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Acute onset of facial nerve palsy associated with Lyme disease in a 6 year-old child.

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Abstract

Pediatric facial nerve palsy (FNP) can result from a variety of etiologies including
Lyme disease, varicella, primary gingivostomatitis, herpes zoster oticus (Ramsay Hunt syndrome), coxsackievirus, trauma, otitis media, HIV, diseases causing tumors or demyelinations, compressions, and possibly Epstein Barr virus.
Lyme disease has been implicated as the cause of over 50% of the FNPs in children. The paralysis of the facial nerve disturbs motor function to the muscles of facial expression and results in a flaccid appearance of the face (unilateral or bilateral). This case report derails undiagnosed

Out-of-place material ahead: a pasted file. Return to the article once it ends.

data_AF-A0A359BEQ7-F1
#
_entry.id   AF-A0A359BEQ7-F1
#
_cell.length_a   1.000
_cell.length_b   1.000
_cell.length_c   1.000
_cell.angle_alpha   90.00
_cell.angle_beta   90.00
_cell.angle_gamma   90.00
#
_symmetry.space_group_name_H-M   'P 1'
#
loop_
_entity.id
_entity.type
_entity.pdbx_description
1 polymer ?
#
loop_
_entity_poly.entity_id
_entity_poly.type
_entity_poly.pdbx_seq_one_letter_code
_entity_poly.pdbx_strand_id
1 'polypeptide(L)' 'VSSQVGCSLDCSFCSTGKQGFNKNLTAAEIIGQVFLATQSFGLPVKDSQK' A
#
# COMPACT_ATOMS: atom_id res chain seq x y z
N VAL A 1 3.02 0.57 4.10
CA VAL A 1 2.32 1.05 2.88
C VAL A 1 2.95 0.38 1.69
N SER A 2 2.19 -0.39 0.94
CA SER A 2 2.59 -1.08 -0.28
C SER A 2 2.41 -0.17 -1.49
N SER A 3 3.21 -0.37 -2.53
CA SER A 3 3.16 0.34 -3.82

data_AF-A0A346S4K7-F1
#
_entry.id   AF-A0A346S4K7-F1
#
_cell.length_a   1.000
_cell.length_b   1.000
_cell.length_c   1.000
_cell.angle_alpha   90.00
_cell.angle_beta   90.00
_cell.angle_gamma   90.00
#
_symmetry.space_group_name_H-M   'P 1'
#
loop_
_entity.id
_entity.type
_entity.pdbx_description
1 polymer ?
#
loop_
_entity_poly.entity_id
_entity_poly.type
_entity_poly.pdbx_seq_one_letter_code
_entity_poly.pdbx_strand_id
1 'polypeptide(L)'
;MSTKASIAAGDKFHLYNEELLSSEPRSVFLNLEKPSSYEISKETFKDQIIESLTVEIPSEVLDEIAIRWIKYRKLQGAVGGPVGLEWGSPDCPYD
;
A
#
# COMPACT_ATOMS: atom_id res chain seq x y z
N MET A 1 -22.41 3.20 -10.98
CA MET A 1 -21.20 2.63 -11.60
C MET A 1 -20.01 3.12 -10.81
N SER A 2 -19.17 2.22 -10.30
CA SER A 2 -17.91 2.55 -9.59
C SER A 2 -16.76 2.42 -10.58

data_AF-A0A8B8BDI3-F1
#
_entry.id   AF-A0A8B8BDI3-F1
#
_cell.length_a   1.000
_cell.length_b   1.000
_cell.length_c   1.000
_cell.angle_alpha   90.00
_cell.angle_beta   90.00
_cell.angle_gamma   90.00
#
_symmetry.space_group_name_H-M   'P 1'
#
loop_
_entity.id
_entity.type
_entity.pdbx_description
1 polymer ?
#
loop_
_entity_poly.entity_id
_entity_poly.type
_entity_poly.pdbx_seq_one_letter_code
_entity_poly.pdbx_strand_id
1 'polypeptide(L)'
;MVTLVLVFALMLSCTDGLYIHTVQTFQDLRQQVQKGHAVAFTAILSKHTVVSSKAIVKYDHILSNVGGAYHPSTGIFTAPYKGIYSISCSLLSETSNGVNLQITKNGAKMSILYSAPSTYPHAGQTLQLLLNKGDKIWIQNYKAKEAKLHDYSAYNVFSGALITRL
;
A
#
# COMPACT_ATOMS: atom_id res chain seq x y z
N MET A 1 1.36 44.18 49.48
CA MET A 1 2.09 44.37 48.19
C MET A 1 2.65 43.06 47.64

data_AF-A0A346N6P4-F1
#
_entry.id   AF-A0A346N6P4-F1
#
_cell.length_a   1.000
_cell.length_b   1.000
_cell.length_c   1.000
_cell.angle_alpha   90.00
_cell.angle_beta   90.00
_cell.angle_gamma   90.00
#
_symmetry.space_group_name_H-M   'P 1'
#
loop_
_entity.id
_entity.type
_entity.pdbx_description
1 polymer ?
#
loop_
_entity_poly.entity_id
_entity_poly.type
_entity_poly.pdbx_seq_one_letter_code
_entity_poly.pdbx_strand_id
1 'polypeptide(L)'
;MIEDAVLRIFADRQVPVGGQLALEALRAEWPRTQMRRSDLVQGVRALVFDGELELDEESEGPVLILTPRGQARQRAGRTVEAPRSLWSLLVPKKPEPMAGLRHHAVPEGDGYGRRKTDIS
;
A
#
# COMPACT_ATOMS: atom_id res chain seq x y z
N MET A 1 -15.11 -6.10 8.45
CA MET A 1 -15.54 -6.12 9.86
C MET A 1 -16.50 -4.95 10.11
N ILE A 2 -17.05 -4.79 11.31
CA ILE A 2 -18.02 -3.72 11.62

Lyme disease presenting as a facial palsy in a 6 year, 5 month-old white female. The palsy was recognized and consultation with the child’s physician prompted definitive diagnosis and treatment. A review of the literature and the implications of facial nerve palsy are discussed.

Pediatr Dent. 2002 Nov-Dec;24(6):572-4. Case Reports; Review

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